Broken Code: Inside Facebook and the Fight to Expose Its Harmful Secrets
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What We're Saying
These 40 books spoke to us—and we believe speak to each other—in a way that furthers the conversations we need to have in the organizations we work in, the communities we live in, and the societies that shape us. With them as a guide, we can make decisions that better shape each, in turn. READ FULL DESCRIPTION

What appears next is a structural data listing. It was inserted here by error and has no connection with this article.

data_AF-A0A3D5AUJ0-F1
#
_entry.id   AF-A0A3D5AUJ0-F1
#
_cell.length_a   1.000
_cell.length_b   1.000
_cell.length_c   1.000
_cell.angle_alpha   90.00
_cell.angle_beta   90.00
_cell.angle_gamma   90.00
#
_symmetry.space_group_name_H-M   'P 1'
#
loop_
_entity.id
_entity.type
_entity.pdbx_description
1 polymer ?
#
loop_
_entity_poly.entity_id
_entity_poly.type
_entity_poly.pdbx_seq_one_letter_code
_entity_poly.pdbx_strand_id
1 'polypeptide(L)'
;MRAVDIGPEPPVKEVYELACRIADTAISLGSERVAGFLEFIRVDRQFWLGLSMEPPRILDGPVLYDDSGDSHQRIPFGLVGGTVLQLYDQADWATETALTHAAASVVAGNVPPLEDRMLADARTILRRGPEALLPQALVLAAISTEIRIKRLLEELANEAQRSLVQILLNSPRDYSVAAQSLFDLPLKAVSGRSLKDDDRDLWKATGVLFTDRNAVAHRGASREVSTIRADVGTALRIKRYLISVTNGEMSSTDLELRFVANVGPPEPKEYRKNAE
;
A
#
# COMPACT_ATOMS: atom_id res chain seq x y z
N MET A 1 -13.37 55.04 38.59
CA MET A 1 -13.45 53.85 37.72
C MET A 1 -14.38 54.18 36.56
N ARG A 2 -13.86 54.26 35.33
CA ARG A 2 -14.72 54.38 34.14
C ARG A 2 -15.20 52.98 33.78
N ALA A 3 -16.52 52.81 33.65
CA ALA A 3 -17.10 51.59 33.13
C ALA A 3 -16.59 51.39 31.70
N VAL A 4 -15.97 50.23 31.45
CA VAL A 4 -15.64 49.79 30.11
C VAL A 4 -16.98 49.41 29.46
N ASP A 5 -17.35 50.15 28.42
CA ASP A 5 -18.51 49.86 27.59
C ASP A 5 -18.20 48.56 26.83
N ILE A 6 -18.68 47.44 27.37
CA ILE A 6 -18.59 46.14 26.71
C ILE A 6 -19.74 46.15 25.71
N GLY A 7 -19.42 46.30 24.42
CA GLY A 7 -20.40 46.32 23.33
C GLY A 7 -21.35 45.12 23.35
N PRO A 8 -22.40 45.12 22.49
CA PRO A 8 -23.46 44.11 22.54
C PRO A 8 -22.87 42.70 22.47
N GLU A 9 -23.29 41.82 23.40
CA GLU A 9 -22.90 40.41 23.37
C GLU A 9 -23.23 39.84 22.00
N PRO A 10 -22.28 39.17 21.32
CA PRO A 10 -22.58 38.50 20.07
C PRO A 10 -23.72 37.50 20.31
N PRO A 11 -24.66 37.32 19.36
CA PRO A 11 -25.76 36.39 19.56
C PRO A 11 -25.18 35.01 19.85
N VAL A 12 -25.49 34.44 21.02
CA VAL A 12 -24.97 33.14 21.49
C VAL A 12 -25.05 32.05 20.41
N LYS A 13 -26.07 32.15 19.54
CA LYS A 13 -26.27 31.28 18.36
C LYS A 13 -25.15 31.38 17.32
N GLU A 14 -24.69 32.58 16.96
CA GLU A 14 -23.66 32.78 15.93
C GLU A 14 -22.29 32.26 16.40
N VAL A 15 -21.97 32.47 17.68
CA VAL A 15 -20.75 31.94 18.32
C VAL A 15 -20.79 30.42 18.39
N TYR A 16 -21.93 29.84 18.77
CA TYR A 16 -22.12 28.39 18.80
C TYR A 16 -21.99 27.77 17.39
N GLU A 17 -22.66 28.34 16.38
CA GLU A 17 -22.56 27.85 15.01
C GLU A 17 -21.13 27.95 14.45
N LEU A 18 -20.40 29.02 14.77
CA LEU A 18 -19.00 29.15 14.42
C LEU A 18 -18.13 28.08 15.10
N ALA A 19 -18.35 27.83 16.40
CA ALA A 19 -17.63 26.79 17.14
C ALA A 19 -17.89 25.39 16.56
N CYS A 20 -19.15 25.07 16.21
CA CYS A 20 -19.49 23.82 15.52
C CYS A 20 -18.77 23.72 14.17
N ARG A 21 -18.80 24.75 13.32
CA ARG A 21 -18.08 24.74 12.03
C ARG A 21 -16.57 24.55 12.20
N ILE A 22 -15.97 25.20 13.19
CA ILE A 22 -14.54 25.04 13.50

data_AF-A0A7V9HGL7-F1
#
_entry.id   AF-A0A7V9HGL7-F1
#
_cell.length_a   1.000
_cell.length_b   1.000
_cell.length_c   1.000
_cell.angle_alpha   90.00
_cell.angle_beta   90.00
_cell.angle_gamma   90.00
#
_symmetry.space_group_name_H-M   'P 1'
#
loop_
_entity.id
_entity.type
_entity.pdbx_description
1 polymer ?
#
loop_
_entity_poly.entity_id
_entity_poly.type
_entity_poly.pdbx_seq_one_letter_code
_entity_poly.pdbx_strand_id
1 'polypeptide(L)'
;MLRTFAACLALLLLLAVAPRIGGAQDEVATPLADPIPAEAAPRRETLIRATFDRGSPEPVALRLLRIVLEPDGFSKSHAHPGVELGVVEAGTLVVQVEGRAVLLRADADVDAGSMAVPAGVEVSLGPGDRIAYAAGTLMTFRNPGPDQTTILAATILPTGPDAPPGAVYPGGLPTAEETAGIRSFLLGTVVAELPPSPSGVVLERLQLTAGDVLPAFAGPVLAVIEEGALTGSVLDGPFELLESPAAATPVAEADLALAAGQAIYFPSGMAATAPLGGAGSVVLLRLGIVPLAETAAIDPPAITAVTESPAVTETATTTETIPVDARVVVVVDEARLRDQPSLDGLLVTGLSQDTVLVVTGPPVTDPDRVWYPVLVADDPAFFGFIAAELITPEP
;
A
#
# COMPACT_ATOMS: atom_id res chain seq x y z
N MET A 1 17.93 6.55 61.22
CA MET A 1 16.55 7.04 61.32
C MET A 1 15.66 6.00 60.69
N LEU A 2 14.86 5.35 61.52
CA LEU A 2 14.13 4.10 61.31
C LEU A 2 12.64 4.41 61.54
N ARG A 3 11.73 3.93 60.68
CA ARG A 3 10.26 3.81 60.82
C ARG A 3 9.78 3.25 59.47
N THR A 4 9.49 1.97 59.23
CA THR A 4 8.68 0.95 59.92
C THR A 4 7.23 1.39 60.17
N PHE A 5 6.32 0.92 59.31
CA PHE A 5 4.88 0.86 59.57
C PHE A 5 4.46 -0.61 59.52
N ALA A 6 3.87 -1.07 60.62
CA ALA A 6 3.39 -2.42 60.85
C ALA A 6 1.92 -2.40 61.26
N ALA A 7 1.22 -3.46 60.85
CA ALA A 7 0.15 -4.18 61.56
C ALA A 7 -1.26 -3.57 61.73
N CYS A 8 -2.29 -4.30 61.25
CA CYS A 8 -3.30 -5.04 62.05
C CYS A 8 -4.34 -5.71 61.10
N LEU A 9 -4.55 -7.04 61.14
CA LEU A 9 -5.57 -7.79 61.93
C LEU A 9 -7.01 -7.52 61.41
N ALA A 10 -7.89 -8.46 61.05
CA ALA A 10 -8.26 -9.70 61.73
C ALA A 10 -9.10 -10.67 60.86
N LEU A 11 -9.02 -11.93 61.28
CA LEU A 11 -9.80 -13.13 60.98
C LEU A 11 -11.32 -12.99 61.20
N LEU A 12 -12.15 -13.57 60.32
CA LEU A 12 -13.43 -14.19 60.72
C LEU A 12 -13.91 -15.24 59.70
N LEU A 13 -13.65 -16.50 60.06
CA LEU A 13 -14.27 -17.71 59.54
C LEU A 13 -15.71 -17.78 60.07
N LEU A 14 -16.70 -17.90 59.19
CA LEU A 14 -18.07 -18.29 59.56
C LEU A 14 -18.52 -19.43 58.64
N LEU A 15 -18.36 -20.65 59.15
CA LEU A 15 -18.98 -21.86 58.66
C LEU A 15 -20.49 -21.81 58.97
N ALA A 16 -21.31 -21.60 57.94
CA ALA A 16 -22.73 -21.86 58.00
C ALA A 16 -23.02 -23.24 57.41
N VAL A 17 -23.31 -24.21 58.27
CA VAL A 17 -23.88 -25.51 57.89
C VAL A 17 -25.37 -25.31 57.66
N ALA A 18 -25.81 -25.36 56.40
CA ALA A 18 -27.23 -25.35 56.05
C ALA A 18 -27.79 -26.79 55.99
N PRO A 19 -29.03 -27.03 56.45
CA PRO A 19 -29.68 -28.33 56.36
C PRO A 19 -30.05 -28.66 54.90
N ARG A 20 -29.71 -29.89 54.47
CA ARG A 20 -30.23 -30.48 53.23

Once the unrivaled titan of social media, Facebook held a singular place in culture and politics. Along with its sister platforms Instagram and WhatsApp, it was a daily destination for billions of users around the world. Inside and outside the company, Facebook extolled its products as bringing people closer together and giving them voice. But in the wake of the 2016 election, even some of the company's own senior executives came to consider those claims pollyannaish and simplistic. As a succession of scandals rocked Facebook, they--and the world--had to ask whether the company could control, or even understood, its own platforms. Facebook employees set to work in pursuit of answers. They discovered problems that ran far deeper than politics. Facebook was peddling and amplifying anger, looking the other way at human trafficking, enabling drug cartels and authoritarians, allowing VIP users to break the platform's supposedly inviolable rules. They even raised concerns about whether the product was safe for teens. Facebook was distorting behavior in ways no one inside or outside the company understood. Enduring personal trauma and professional setbacks, employees successfully identified the root causes of Facebook's viral harms and drew up concrete plans to address them. But the costs of fixing the platform--often measured in tenths of a percent of user engagement--were higher than Facebook's leadership was willing to pay. With their work consistently delayed, watered down, or stifled, those who best understood Facebook's damaging effect on users were left with a choice: to keep silent or go against their employer. Broken Code tells the story of these employees and their explosive discoveries. Expanding on "The Facebook Files," his blockbuster, award-winning series for The Wall Street Journal, reporter Jeff Horwitz lays out in sobering detail not just the architecture of Facebook's failures, but what the company knew (and often disregarded) about its societal impact. In 2021, the company would rebrand itself Meta, promoting a techno-utopian wonderland. But as Broken Code shows, the problems spawned around the globe by social media can't be resolved by strapping on a headset.